The Sweet Science
Viewers were asked to ponder the eight years that have passed since eternal rivals Mann Pacquiao and Juan Manuel Marquez first met, in the HBO Pacquiao-Marquez IV 24/7 finale on Friday night.
To open the docu-mercial, we see Pacquiao and crew running, less than a week before fight night. At the Wild Card, the Pacman workout is being filmed, and streamed. Rob Peters, Manny's head of security, says keeping people out isn't easy. Mark Wahlberg, Evander Holyfield, Charles Barkley and Reggie Miller make the cut, of course. We see Mrs. Pacquiao, Jinkee, and Manny's dad, making a rare trip to the US. Pacquiao keeps focus throughout all this, and there isn't divorce drama, as there was before the third tangle, the narrator and Freddie Roach tell us.
In Mexico City, at the Romanza, Marquez says he's happy the fight is close. His shoulder muscles draw my attention, they are so bulbuous. Trainer Nacho Beristain tells JMM to keep throwing, even if the combos aren't landing. "I have faith that we have done our jobs well and that we deserve to win," the sage says.
Marquez hits the premiere of a documentary on his life, on a red carpet.
Pacman is seen playing darts, and we hear that there is less Bible, and more fun, in this camp. Advisor Michael Koncz is sifting through ticket freebies, which will total more than $1 million worth of tix. Usually Manny does it, but he got halfway through and handed off the task.
Then, Marquez goes to the airport, to fly to LA for promo stuff. Son Aldo says he's nervous, but would like to go the fight, but dad won't allow it. The Marquez jet is grounded and we found out that the tires could have blown at altitude. He gets another plane and makes it to LA. A limo driver with a sign reading "Pop Rank" greets the party.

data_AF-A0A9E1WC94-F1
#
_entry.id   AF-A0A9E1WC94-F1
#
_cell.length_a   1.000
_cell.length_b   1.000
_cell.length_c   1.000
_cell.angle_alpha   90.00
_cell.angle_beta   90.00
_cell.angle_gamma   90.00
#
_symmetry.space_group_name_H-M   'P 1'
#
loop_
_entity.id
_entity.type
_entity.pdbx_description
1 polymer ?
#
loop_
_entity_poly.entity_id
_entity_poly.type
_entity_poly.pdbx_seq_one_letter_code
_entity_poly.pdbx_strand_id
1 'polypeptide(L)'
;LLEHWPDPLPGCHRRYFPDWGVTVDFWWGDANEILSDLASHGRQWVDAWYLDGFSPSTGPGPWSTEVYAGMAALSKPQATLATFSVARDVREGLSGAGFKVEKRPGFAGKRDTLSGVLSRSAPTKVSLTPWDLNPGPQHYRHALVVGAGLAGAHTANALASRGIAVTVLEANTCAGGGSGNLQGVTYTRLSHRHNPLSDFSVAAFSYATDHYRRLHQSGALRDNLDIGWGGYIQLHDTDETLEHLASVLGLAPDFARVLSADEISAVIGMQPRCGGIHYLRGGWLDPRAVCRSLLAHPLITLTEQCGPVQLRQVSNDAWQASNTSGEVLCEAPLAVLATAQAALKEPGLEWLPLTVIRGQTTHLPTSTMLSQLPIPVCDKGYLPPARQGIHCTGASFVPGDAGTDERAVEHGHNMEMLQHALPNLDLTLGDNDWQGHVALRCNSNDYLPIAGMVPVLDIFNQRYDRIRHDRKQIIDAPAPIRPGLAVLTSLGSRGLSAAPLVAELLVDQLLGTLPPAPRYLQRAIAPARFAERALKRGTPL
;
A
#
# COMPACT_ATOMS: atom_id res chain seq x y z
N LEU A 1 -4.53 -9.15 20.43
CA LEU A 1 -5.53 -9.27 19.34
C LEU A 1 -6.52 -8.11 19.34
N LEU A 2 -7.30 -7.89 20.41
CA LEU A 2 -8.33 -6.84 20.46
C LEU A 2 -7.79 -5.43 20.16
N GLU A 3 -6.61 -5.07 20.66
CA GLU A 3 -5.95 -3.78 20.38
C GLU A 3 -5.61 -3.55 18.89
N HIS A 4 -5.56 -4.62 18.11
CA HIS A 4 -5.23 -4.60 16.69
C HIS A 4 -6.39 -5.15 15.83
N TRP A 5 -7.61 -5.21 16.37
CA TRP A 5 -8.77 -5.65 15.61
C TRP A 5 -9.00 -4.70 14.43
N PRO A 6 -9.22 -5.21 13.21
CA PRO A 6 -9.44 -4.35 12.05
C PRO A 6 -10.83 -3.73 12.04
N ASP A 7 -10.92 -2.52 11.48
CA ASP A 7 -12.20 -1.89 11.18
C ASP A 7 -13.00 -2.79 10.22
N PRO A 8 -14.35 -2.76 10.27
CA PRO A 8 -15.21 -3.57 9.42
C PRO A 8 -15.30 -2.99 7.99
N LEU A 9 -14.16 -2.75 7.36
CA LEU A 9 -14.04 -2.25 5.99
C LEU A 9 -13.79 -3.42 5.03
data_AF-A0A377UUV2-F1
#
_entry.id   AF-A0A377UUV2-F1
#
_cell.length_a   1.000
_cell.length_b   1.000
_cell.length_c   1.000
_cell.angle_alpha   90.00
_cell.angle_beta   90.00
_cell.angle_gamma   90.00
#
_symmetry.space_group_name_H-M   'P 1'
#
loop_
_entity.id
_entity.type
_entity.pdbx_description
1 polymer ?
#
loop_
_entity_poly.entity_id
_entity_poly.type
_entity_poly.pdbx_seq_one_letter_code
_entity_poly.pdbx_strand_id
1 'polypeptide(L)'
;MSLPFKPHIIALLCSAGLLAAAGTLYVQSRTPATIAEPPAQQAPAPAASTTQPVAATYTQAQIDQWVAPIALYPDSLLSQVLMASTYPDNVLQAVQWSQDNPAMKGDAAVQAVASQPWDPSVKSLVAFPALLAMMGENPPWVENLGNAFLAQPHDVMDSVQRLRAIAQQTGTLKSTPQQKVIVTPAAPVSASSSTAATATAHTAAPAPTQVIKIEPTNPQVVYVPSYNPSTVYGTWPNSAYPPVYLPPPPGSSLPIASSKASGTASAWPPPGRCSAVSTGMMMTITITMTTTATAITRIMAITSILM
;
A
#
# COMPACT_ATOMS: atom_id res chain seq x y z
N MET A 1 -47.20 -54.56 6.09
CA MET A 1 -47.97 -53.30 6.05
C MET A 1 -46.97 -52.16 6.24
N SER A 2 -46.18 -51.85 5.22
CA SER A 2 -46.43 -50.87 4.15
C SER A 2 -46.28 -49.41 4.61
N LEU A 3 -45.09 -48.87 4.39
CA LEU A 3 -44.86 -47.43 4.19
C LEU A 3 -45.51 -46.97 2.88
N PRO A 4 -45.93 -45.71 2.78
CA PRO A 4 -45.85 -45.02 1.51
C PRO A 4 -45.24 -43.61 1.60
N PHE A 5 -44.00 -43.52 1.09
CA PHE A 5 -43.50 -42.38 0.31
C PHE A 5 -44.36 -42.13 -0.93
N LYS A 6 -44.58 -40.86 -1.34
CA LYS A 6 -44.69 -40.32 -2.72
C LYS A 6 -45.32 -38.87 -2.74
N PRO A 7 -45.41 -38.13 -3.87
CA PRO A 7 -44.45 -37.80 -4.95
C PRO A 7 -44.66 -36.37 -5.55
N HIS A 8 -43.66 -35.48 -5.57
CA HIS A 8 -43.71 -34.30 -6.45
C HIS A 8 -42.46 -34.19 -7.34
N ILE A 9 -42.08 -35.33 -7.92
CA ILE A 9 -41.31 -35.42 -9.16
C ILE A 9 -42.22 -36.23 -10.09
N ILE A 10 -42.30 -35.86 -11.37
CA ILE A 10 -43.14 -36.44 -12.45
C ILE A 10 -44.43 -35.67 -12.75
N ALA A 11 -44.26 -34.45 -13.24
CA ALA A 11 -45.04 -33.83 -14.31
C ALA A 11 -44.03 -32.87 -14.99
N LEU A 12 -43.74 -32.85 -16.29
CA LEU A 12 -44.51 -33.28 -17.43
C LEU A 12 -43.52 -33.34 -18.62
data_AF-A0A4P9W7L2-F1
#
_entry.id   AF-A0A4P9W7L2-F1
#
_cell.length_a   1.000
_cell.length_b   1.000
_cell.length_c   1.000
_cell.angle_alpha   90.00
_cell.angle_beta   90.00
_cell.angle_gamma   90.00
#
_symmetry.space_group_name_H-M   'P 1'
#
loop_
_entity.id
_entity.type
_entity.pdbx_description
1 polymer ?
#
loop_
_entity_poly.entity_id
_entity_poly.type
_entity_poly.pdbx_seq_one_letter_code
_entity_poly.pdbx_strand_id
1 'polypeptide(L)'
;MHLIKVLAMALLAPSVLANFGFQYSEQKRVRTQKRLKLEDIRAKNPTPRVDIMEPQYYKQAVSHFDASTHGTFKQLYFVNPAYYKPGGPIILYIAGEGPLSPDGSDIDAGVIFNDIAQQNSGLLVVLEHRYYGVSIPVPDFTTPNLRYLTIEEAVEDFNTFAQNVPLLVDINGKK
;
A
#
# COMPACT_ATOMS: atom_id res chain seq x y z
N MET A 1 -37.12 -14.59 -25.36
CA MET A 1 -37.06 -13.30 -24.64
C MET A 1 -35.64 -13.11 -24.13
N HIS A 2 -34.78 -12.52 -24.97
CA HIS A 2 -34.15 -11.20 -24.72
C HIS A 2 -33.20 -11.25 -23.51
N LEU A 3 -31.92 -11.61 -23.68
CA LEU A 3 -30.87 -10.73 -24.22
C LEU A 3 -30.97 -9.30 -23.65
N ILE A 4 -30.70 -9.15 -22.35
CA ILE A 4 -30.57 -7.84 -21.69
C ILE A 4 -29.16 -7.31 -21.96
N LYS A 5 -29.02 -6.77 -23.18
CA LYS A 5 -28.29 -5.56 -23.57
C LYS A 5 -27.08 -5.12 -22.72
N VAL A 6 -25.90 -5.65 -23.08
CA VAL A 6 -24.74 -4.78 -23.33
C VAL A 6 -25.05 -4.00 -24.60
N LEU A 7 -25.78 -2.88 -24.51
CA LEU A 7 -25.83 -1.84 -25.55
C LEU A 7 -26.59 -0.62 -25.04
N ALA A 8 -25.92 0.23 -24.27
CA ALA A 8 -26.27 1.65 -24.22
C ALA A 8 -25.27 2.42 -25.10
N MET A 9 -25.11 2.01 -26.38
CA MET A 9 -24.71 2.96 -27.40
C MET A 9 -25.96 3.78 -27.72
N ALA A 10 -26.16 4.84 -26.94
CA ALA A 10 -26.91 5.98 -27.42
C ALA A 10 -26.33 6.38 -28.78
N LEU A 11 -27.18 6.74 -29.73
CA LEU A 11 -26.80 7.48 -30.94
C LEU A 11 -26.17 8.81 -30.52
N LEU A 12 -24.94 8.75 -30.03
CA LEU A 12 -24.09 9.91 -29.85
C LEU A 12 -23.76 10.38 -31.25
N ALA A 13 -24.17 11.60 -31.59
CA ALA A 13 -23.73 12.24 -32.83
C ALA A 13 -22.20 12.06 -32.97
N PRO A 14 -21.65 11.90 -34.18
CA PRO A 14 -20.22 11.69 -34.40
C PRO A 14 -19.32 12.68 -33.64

Pacman's Jack Russell is seen. The doggie goes everywhere with Manny. The fighter works out at Wild Card, does four rounds of sparring and then four rounds of mitts. No photos or videos are permitted during sparring, so Team Marquez can't scout off that. Roach says Manny is happy, and hitting very hard. The team bus is loaded up for the drive to Vegas.
Marquez is seen doing interviews. Then, he boards a plane to fly to Vegas.
Pacman and company go to the Mandalay Bay; he is on the 60th floor. Manny makes sure there is enough food for 100 people, looking out for his crew, from an in-room buffet.
At the Nevada Athletic Commission, they print out the scorecards. Keith Kizer talks about who will judge the fourth tangle. He says he evaluates all his judges, all the time. The executive director submits names to each camp, which can weigh in. Adalaide Byrd, Steve Weisfeld and England's John Keane get the call this time. Byrd worked Pacquiao-Cotto, and saw Manny a 109-99 victor, and also Pacquiao-De La Hoya. Neither Weisfeld nor Keane has worked a Pacquiao bout. Weisfeld saw Marquez 118-110 winner in the Mexican's last fight, while Byrd worked Marquez-Katsidis in 2010, and Marquez-Victor Polo in 2005. No friends, you will not have perennials Duane Ford, Jerry Roth or Dave Moretti to agree with or kick around come Saturday evening. I don't believe I have ever taken issue with a Weisfeld card, by the way.
Marquez and Pacman cross paths at a Vegas track. They eye each other, then Pacman leaves. Beristain says he knows Roach is a formidable trainer.
Pacman hits pads with Roach, and the trainer gives him a pep talk. Roach says if he sees a decline in his skills he might ask him to retire. "I don't want Manny to be one of those guys that is fighting for money," he says. That'll be hard but he thinks Manny wants to become President, so there are still goals to meet if he can't pull the trigger versus Marquez, and Freddie counsels him to exit. (Do you find it interesting that Freddie even broaches the subject? Does this indicate that he has seen in recent fights, or in this camp, that the boxer has slipped? I haven't heard him say that, have you?)
We see the fighters at the final presser.
Then, the wrapup. The narrator talks about the eight years that have passed since they first met. Earnings and fame and difficulties have grown. Both need a win, it is said, for them to get to the next chapter of life.